A Los Angeles Superior Court has upheld the City’s plan to allow taller residential and office buildings along the Metro Expo Line on the Westside. In 2018, the City approved the Expo Plan (Exposition Corridor Transit Neighborhood Plan) which supports the construction of about 6,000 multifamily and condo units and 14,000 jobs within a half mile of five stations. A local nonprofit called Fix the City sued to overturn this plan, arguing that the city’s infrastructure, specifically the road network, was inadequate to support the increased density.
HAWAII—Plan That Reimagines Industrial Area Near Airport’s Rail Station Approved in Unanimous Vote
Hawaii News Now, December 22, 2021
The Honolulu Planning Commission approved a TOD plan for Lagoon Drive station, part of the City’s forthcoming metro line. Currently, the area is primarily industrial, and the plan works to preserve existing businesses, and calls for up to ten housing units located above industrial uses.
WASHINGTON—Growth Management Has Worked for Seattle and Reduced Sprawl
Richard Conlin, The Seattle Times, December 21, 2021
In this opinion piece, a former Seattle city councilmember and urban planner argues for a renewed emphasis on smart growth policies to combat sprawl and reduce carbon emissions. While Seattle grew by over 21 percent over the last decade, Washington State’s Growth Management Act (GMA) allowed the City to concentrate density in the existing urbanized area. At the same time, to combat rising housing costs, the author argues that Seattle should continue to promote an increase in housing supply, adding new market rate and subsidized units, including promoting diversified housing options in single-family neighborhoods.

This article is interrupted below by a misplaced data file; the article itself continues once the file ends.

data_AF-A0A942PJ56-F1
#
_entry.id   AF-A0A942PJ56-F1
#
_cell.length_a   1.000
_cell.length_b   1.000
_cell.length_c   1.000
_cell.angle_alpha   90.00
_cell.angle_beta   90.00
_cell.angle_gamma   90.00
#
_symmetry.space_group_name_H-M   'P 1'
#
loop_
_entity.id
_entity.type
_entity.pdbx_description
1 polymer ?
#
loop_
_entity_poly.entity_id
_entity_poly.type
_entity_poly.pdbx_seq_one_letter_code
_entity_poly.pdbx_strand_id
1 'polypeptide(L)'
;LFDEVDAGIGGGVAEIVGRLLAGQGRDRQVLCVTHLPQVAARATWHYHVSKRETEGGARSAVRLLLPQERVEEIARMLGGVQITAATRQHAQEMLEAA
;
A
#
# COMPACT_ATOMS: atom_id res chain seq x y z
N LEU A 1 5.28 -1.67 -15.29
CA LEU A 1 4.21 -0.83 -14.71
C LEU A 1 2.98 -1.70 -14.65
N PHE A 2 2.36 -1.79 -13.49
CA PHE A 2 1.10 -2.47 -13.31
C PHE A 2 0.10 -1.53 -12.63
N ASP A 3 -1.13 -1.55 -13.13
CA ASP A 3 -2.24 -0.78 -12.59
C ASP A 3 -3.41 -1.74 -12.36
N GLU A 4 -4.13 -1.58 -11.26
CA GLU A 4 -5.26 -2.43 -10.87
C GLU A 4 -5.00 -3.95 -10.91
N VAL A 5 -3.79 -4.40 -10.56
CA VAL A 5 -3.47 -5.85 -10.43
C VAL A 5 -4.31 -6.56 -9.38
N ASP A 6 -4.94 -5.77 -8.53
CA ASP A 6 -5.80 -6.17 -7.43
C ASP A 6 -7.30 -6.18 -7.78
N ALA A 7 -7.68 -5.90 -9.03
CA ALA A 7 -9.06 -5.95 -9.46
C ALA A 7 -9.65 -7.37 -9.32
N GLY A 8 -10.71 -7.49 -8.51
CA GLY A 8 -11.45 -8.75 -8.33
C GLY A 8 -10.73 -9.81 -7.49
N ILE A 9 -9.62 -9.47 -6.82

MASSACHUSETTS—Newton’s New Multi-Family Zoning Obligation
Sean Roche, Village 14, December 17, 2021
The Massachusetts Department of Housing and Community Development recently issued guidance on the State’s Housing Choice Act, which requires that communities served by the MBTA create at least one zoning district that permits by-right multifamily development. For Newton, the City must create a 50-acre contiguous zone within ½ mile of a transit stop, with zoning regulations that enable the creation of 8,330 multifamily units (25 percent of the City’s 2020 housing units). However, depending on how the transit zones are drawn, existing multifamily housing may count against this total. Newton has seven light rail stations, and three commuter rail stops.
CALIFORNIA—West LA Development Would Bring 455 Units to Expo Bundy Area
Dolores Quintana, WestSideToday.com, December 17, 2021
The Los Angeles Department of City Planning is considering a proposal to construct a transit-oriented residential complex near Expo/Bundy Station. The project would include two apartment complexes comprising 455 units, with 52 reserved as affordable. The site location is covered by Los Angeles’ Transit Oriented Communities (TOC) incentive program, which provides building incentives for certain types of development near transit.
UNITED KINGDOM—FCBStudios Designs Mixed-Use Development in the Heart of Bristol
Andreea Cutieru, ArchDaily, December 30, 2021
The Bristol City Council approved plans to redevelop three vacant bank buildings in the central part of the City with new commercial, retail, and restaurant space. Additionally, the project will provide better public access to the historic St Mary le Port church tower and ruins. The project is located within walking distance of many bus routes as well as ferry service.
INDIA—Why Urban India Needs Transit-Oriented Development?
Ved Parkas Dudeja, Business World, December 20, 2021
For rapidly growing India, TOD is an effective policy to better manage urban growth in a planned, sustainable manner. Delhi, for example, has proposed a TOD policy including a floor area ratio (FAR) of 400 in designated TOD Influence Zones, which extend for 500 meters in each direction of transit corridors. However, the author argues, effective TOD policy should include measurable benchmarks, including “percentage of new development within the radius of transit stations, the percentage of the population to inhabit the TOD Zone and the percentage of people to have access to public transport.”